I Can't Leave Her Behind

Album: The Bootleg Series Vol. 12: The Cutting Edge 1965–1966 (1966)
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  • Dylan's so good that even many of his throwaways had the potential to be great songs. This was proven both by "Wagon Wheel" and by this here song of interest, "I Can't Leave Her Behind," which was never completed by Dylan and never officially released on an album. In both cases, it was up to artists of the future to mine the gems and give them final form. The manners of their manifestations were rather different, however, as we will soon see.

    Dylan performed this song (along with "On a Rainy Afternoon," "If I Was King," and "What Kind of Friend is This") on May 19, 1966, in the North British Station Hotel in Glasgow, Scotland. Dylan, still relatively early in his career, was late into his now-infamous European tour, which featured a confrontational audience that taunted him and called him "Judas" (referring to the fellow who sold Jesus out to the Romans in the Bible). This friction has largely been attributed to Dylan's "going electric" and getting away from his folkie acoustic roots, but that's really an oversimplification. The real issue was deeper, namely that Dylan's electricity and his deviation from his earlier, overtly social-justice-themed songs were seen as betrayals of the progressive and socialist counterculture that Dylan had made a mouthpiece for.

    During that drama-filled European tour, Dylan would often fill the time between shows playing along with Robbie Robertson, leader of what would soon be The Band but which at that point were calling themselves The Hawks. Dylan and Robertson weren't playing this song to be recorded, but documentarian DA Pennebaker happened to be traveling along with them, as he'd done in the 1965 British tour with his film Don't Look Back. Pennebaker filmed the whole tour to be released under the name Something is Happening, but never released it. Snippets of his coverage did make it into Eat the Document, which was edited by Dylan himself and which also never saw publication (though it's been screened at small shows). That footage then made it into Martin Scorsese's No Direction Home.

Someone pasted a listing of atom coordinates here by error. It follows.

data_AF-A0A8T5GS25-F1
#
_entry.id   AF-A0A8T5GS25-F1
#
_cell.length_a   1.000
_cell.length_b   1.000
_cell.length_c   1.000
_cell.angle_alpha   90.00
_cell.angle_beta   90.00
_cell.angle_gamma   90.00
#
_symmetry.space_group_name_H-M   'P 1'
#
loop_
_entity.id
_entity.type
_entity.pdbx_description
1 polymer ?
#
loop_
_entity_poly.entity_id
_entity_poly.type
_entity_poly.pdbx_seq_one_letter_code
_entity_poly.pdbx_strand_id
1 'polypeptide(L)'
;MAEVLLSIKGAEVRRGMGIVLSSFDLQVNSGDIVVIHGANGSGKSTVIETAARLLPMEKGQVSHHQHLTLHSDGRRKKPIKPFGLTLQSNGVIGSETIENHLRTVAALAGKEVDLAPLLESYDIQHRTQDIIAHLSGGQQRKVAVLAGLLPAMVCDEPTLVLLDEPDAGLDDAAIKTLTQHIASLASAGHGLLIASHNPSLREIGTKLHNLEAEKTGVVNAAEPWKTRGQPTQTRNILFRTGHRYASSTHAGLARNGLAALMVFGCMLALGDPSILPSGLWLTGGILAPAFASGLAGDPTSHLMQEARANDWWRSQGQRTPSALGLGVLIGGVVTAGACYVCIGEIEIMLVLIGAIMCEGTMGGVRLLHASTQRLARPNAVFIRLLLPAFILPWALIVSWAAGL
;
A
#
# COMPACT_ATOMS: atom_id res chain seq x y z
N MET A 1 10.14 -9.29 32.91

Bootlegs of the Glasgow sessions snuck out to the public, as Dylan bootlegs are wont to do, but it wasn't until June 2021 that a gentleman going by the moniker Swingin' Pig edited the disjointed rehearsal bits into a finalized song.
  • As the title suggests, the song is about being unable to leave a lover behind. In the Glasgow performance, it feels as if Dylan is hashing through lyrics on the spot, more interested in fleshing out the song than presenting any finalized words. His singing is very evocative, however, swelling with emotion that sounds powerfully real and raw.

    It feels like a song that could have been very good, maybe even great, but Dylan just forgot about it. The same thing happened with many other songs, including "Blind Willie McTell," which many Dylan hardcores consider to be among the greatest songs he ever made.
  • According to Clinton Heylin's Revolution in the Air, Dylan did consider the song to be substantive enough to copyright it. In the original Glasgow session, this song sort of blends into "On a Rainy Afternoon," so much so that the latter can come across as an evolution of the former. They are actually two different songs, though.
  • Stephen Malkmus and Lee Ranaldo recorded a version of this for the soundtrack of I'm Not There, the surreal 2007 Dylan biography by Todd Haynes.


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